Four U.S. Air Force personnel and an Iraqi pilot were killed Monday when a single-engine Iraqi military propeller plane crashed during a training mission in eastern Diyala province, about 80 miles northeast of Baghdad, Air Force officials said yesterday.
One of the four, Maj. William B. Downs, 40, spent several years in Winchester, Va.; he and the three others were stationed at Hurlburt Field, Fla.
Downs's family, reached in Shalimar, Fla., declined to comment.
A former neighbor in Winchester, Gail Miller, said that Downs and his wife had three children when they lived there and that he had been a commercial airline pilot as well. They left Winchester in 2001, she said.
The crash is under investigation, said Capt. Thomas Knowles, a spokesman for Hurlburt Field, where Downs was assigned to the 6th Special Operations Squadron, a combat aviation advisory unit whose mission is to assess, train and advise foreign air forces.
The plane was an Aerocomp Comp Air 7SL that had been donated to the nascent Iraqi air force by the United Arab Emirates, Knowles said. It crashed in the morning, local time. No other information was available yesterday.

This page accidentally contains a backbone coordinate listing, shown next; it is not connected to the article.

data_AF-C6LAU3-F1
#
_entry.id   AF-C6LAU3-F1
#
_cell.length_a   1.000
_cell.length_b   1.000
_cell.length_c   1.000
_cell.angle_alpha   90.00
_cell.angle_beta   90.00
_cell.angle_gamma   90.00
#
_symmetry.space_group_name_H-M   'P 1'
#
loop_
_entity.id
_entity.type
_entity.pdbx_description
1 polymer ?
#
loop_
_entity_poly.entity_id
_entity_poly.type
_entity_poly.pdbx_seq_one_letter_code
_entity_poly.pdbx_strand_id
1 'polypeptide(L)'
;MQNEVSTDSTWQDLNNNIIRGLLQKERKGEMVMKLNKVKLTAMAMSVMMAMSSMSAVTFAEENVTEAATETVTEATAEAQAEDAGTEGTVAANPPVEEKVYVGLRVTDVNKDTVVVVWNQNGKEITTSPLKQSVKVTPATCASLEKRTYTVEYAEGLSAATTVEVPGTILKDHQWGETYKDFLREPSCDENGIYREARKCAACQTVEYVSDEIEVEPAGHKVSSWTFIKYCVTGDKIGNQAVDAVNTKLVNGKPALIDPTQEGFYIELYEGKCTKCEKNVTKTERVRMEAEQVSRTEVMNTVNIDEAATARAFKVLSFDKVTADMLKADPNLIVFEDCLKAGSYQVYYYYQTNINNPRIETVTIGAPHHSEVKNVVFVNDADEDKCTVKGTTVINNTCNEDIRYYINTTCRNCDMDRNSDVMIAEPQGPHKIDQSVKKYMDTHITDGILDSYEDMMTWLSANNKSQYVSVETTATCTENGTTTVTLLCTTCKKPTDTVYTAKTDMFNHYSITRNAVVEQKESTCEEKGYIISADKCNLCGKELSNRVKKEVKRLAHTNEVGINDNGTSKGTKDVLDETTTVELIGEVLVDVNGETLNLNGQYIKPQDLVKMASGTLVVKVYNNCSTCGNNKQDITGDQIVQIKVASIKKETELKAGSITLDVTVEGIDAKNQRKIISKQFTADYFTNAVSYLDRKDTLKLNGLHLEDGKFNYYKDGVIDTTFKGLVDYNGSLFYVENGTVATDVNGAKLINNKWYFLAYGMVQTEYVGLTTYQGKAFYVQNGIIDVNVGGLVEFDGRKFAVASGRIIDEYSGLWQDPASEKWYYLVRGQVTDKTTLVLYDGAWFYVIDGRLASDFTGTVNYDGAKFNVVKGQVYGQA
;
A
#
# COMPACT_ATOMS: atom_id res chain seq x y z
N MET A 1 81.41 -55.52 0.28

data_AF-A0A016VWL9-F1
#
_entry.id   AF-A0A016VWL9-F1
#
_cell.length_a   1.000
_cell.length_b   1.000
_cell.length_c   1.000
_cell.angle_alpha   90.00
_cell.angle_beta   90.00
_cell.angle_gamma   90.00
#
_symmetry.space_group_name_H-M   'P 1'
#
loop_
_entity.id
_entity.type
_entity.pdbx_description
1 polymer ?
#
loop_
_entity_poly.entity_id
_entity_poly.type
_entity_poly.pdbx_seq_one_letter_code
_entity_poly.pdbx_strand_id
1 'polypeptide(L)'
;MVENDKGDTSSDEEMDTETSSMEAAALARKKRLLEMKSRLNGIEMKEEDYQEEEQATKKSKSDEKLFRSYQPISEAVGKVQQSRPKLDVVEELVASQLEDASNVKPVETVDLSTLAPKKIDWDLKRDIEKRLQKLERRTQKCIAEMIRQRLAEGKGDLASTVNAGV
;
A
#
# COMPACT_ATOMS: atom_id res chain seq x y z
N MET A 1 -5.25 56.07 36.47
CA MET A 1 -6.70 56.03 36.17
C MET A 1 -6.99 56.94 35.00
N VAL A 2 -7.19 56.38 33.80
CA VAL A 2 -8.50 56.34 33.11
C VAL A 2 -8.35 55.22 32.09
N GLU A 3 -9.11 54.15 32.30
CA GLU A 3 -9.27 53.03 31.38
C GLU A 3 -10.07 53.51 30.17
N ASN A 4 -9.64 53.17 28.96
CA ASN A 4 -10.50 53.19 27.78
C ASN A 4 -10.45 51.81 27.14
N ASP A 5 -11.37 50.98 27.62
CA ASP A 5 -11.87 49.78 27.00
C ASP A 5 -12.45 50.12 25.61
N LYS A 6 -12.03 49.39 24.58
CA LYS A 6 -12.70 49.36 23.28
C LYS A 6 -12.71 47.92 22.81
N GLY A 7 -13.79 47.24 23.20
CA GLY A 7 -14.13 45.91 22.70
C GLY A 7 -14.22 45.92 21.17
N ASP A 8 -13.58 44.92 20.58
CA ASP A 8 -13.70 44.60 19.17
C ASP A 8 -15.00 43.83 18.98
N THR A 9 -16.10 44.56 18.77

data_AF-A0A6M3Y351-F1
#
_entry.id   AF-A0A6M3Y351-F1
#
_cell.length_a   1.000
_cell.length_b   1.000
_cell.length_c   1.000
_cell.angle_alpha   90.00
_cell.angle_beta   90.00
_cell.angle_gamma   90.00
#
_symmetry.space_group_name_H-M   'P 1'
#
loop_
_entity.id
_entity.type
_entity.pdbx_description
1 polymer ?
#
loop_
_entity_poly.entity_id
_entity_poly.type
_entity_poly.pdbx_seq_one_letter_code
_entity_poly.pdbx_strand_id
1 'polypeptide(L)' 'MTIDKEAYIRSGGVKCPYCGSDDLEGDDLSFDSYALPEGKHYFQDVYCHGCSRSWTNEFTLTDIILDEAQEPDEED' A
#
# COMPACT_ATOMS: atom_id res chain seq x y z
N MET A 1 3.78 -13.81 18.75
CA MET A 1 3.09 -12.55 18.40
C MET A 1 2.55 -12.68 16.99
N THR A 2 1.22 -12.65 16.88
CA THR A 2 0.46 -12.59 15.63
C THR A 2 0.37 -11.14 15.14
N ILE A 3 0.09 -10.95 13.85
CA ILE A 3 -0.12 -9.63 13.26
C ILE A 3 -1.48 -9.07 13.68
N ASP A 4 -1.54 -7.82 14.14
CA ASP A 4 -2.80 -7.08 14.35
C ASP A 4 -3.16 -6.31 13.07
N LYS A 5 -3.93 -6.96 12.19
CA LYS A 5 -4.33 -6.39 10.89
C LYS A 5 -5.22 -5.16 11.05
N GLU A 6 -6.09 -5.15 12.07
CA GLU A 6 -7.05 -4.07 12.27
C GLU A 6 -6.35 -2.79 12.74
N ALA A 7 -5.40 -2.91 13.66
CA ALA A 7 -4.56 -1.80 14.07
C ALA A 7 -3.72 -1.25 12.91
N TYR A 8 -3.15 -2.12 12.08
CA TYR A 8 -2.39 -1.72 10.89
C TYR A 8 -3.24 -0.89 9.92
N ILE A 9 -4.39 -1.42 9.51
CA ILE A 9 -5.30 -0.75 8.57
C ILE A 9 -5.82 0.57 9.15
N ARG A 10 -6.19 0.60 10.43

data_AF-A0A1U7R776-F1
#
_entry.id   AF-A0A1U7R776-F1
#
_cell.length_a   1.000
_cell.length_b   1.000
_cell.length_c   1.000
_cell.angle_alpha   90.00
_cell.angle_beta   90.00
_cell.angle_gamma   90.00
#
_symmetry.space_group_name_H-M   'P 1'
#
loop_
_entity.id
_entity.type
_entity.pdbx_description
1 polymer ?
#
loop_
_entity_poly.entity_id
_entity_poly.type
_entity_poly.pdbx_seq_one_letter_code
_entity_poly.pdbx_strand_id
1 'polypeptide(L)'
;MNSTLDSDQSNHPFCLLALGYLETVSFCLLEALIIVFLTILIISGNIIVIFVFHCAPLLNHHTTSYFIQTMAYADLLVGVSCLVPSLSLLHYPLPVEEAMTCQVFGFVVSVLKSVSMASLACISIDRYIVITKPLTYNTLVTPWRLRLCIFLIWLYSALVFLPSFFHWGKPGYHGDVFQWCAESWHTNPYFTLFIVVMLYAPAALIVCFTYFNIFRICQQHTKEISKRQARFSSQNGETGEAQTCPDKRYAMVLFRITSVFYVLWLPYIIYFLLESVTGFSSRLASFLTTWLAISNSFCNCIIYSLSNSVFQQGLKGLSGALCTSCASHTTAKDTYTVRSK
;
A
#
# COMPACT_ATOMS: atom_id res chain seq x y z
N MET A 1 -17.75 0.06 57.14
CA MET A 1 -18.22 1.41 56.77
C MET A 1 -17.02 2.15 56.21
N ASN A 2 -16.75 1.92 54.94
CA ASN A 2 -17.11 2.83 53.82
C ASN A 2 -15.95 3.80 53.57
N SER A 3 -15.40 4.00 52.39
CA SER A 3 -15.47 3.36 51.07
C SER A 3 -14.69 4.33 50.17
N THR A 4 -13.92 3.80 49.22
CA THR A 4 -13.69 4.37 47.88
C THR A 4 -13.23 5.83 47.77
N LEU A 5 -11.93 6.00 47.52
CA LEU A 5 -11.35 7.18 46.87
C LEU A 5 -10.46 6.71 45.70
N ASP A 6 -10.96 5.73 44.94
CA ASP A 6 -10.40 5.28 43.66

Downs had written an article in the spring issue of the Air Force's Air & Space Power Journal, in which he outlined a "doctrine of unconventional airpower" for counterterrorism and counterinsurgency missions. The Air Force, he wrote, "must remain globally aware."
"That is, we need intimate knowledge of the people, languages, and cultures of the countries in which we operate; at the same time, we must understand how our actions in a particular area will affect others on the planet."
Downs went on to write that air attacks would be more effective politically if they were carried out by local forces, and suggested various types of aircraft that might be useful in covert missions while being affordable for poor governments. The ideal aircraft should be not be fancy and high-tech, but inexpensive, simple to maintain and operate yet equipped with reconnaissance capability, he wrote.
"The war on terror and our efforts against insurgents will take a long time," he concluded. "The U.S. Air Force must adapt itself for the fight."
A memorial service is being planned tomorrow at Hurlburt Field.